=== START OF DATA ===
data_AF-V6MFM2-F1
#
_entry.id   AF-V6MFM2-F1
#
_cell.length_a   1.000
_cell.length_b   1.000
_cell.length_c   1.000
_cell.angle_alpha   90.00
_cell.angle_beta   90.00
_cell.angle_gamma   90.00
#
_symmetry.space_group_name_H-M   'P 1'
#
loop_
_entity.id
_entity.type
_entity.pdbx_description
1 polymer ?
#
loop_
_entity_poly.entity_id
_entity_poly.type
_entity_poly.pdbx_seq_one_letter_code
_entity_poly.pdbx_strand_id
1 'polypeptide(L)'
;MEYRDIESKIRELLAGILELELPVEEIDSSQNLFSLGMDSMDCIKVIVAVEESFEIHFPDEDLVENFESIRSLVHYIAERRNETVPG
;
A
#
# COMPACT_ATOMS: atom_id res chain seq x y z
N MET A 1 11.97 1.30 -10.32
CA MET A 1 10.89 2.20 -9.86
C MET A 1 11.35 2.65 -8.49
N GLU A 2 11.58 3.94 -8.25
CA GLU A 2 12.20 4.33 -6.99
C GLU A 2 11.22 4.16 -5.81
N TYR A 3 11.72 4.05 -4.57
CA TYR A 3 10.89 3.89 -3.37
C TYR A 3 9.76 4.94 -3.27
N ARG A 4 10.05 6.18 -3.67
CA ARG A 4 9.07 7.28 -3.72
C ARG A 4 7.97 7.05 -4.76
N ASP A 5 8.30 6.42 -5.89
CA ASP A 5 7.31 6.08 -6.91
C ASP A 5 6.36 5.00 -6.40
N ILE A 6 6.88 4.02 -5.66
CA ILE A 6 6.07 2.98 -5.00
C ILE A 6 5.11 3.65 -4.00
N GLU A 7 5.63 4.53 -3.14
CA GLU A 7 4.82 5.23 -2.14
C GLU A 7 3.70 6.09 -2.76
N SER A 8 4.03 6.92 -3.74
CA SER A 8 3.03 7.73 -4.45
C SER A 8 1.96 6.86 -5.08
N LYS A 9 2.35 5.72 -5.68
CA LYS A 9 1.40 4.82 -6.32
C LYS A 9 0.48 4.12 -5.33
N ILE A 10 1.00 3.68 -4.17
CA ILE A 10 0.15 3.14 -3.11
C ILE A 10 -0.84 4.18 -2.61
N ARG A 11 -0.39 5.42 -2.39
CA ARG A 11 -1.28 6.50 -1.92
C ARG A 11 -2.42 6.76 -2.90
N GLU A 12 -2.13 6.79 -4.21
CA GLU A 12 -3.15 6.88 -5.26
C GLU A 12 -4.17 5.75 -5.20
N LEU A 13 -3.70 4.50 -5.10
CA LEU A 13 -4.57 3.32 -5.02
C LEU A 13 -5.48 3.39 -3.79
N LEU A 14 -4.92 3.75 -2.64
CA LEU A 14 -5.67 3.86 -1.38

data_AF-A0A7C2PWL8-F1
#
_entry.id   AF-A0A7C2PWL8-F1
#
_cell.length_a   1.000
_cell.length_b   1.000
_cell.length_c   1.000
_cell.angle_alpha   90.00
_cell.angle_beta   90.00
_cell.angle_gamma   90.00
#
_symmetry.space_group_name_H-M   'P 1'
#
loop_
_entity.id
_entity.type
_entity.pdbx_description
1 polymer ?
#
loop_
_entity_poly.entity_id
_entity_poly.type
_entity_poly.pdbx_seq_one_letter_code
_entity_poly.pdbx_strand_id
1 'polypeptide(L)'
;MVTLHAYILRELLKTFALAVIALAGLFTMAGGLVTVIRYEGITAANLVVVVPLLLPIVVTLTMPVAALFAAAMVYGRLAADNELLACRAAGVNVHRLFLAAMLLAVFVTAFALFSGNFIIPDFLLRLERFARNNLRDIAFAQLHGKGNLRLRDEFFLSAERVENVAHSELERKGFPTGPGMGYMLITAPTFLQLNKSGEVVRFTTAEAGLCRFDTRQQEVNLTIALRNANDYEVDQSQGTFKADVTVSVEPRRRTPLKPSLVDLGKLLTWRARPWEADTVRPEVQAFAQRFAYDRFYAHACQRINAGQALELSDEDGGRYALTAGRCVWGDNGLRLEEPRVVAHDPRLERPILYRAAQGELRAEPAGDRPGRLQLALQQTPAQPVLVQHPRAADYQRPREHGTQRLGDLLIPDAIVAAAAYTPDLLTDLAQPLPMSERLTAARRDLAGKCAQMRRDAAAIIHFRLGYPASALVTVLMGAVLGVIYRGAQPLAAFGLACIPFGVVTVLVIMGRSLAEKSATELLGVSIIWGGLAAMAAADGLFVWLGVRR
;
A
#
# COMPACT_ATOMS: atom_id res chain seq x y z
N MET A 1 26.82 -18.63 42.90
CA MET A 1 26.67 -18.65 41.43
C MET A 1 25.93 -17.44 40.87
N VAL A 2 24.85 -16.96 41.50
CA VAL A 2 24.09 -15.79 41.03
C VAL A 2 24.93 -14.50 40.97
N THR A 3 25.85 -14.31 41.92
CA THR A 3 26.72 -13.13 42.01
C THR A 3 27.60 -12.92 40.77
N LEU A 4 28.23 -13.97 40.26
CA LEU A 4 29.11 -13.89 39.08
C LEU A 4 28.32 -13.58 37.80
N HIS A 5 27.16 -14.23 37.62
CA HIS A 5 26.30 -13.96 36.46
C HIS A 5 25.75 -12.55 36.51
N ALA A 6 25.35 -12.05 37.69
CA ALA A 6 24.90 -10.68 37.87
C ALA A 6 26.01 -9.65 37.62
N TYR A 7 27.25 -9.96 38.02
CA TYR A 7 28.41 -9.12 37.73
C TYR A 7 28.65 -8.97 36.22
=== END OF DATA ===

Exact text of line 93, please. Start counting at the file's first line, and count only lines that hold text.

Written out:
_entity_poly.type